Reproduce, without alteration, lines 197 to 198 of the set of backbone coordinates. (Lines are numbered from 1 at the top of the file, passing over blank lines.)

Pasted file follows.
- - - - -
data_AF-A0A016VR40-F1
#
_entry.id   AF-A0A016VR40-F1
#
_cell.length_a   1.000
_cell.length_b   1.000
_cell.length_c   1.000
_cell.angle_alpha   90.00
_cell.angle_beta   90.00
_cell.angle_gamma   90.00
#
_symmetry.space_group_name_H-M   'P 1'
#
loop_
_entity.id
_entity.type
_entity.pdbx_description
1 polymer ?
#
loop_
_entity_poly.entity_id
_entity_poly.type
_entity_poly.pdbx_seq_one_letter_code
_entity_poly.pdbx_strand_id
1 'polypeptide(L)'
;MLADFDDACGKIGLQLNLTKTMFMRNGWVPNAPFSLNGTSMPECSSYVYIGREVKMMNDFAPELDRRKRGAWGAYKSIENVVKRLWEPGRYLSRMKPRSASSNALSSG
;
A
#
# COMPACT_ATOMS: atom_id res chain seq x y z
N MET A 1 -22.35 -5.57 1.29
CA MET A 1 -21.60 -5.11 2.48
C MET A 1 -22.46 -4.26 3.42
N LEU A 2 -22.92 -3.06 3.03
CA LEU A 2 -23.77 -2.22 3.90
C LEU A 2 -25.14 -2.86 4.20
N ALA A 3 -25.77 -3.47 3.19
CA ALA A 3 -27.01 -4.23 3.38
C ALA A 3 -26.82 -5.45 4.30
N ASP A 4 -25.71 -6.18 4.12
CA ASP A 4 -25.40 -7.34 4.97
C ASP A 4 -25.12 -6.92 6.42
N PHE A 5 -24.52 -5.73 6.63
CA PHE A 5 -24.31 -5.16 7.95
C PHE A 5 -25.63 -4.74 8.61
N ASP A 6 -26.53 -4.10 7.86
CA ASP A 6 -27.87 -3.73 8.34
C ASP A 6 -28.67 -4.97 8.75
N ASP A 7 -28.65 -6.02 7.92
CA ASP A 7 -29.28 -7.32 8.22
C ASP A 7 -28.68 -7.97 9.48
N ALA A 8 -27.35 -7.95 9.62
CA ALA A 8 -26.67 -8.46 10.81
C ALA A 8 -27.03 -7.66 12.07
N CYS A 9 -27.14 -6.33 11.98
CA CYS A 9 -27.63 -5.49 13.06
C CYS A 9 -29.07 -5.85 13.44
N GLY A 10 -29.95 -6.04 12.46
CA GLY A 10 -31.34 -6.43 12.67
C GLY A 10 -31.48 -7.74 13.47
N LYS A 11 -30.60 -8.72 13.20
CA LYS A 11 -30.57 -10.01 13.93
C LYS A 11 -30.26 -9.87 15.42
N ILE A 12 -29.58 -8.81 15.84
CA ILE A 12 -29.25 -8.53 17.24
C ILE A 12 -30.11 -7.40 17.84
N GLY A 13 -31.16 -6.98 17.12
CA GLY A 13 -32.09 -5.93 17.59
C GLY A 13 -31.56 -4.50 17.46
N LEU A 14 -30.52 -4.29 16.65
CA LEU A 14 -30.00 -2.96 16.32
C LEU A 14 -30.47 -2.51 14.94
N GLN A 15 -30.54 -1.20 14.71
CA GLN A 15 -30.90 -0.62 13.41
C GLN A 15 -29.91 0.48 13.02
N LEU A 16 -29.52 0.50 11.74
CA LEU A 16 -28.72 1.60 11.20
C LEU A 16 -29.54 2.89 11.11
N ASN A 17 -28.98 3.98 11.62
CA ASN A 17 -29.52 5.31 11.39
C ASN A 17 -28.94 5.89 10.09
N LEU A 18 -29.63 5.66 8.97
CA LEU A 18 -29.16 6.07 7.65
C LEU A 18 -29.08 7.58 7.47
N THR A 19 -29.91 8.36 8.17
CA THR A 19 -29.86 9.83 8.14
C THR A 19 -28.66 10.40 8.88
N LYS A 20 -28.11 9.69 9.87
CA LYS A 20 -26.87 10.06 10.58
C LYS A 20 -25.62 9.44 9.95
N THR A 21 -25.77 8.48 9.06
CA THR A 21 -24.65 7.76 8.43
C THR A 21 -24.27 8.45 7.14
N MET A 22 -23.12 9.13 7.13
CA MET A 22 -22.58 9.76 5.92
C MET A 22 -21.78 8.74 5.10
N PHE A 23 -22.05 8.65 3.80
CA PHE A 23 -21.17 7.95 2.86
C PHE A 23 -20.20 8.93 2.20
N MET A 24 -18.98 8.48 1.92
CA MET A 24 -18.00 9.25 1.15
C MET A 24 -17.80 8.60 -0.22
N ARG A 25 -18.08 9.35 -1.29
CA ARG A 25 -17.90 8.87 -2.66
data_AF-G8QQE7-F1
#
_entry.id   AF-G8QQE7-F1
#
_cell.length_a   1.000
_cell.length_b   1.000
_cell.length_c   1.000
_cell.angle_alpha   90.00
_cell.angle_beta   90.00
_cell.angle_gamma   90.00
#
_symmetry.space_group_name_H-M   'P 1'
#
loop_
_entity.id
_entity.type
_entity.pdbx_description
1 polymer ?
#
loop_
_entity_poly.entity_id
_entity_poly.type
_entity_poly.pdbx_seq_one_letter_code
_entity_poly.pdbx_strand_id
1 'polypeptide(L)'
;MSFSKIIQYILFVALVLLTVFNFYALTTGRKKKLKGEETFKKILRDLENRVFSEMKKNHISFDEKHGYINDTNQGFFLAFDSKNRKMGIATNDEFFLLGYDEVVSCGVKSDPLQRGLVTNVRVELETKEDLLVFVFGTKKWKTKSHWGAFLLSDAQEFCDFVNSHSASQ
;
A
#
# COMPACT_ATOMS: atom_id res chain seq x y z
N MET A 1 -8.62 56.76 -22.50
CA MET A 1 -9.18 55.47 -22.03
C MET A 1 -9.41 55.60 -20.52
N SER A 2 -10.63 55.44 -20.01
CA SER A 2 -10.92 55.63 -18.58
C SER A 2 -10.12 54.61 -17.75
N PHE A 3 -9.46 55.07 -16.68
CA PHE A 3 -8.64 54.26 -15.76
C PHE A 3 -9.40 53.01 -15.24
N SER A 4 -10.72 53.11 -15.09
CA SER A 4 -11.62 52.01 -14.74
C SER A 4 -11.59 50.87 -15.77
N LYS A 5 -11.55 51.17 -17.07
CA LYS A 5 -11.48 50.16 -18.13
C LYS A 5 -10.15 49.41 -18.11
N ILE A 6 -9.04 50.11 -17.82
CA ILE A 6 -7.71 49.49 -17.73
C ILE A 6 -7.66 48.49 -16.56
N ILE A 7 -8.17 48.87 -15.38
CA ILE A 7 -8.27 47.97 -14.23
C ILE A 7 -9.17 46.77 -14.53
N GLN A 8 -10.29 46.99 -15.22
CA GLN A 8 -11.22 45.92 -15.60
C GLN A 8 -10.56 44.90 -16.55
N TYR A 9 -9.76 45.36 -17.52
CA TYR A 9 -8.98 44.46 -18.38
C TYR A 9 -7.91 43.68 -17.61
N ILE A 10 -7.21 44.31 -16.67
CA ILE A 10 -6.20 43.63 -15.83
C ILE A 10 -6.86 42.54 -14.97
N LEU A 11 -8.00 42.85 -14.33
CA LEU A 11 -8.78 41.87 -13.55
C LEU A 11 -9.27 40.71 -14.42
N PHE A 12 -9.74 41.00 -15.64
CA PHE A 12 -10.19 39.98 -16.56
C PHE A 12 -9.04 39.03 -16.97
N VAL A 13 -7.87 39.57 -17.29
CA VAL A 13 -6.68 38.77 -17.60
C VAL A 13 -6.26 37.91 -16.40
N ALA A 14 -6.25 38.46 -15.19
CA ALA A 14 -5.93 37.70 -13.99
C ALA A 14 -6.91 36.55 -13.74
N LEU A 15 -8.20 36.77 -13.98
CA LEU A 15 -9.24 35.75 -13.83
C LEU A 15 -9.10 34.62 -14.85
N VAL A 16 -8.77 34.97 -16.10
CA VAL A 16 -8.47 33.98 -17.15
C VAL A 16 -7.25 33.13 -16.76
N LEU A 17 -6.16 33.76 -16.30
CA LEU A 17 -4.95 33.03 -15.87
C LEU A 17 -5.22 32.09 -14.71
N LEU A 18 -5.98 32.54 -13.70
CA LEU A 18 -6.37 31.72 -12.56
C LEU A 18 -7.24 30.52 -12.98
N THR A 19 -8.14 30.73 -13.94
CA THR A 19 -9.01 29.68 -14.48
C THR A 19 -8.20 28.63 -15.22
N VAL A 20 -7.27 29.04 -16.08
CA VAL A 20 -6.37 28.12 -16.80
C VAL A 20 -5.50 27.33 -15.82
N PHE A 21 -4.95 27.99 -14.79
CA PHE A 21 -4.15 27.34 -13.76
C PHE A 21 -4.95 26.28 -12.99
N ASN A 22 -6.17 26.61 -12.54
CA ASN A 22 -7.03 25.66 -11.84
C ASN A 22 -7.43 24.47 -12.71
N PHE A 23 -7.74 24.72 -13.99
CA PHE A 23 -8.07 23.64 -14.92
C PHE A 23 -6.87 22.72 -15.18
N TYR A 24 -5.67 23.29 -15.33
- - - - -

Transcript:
C PHE A 21 -4.95 26.28 -12.99
N ASN A 22 -6.17 26.61 -12.54